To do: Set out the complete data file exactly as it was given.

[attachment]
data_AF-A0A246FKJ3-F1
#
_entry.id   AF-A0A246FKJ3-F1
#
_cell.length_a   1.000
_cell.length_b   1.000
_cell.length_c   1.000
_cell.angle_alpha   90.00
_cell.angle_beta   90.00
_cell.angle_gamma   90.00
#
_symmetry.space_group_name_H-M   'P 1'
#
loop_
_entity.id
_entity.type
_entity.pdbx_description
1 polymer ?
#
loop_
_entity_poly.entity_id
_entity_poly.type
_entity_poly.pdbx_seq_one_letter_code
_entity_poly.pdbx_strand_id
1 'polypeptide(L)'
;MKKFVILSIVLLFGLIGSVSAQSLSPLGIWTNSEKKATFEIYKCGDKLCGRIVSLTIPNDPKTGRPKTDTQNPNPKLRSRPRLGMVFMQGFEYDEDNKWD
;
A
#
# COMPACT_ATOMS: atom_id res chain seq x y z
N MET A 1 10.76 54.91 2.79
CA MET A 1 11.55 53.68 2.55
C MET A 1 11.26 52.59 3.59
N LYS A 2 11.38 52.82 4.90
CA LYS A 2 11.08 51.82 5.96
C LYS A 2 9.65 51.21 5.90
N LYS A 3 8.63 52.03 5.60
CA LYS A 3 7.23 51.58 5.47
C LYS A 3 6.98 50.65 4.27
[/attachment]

data_AF-A0A246FKJ3-F1
#
_entry.id   AF-A0A246FKJ3-F1
#
_cell.length_a   1.000
_cell.length_b   1.000
_cell.length_c   1.000
_cell.angle_alpha   90.00
_cell.angle_beta   90.00
_cell.angle_gamma   90.00
#
_symmetry.space_group_name_H-M   'P 1'
#
loop_
_entity.id
_entity.type
_entity.pdbx_description
1 polymer ?
#
loop_
_entity_poly.entity_id
_entity_poly.type
_entity_poly.pdbx_seq_one_letter_code
_entity_poly.pdbx_strand_id
1 'polypeptide(L)'
;MKKFVILSIVLLFGLIGSVSAQSLSPLGIWTNSEKKATFEIYKCGDKLCGRIVSLTIPNDPKTGRPKTDTQNPNPKLRSRPRLGMVFMQGFEYDEDNKWD
;
A
#
# COMPACT_ATOMS: atom_id res chain seq x y z
N MET A 1 10.76 54.91 2.79
CA MET A 1 11.55 53.68 2.55
C MET A 1 11.26 52.59 3.59
N LYS A 2 11.38 52.82 4.90
CA LYS A 2 11.08 51.82 5.96
C LYS A 2 9.65 51.21 5.90
N LYS A 3 8.63 52.03 5.60
CA LYS A 3 7.23 51.58 5.47
C LYS A 3 6.98 50.65 4.27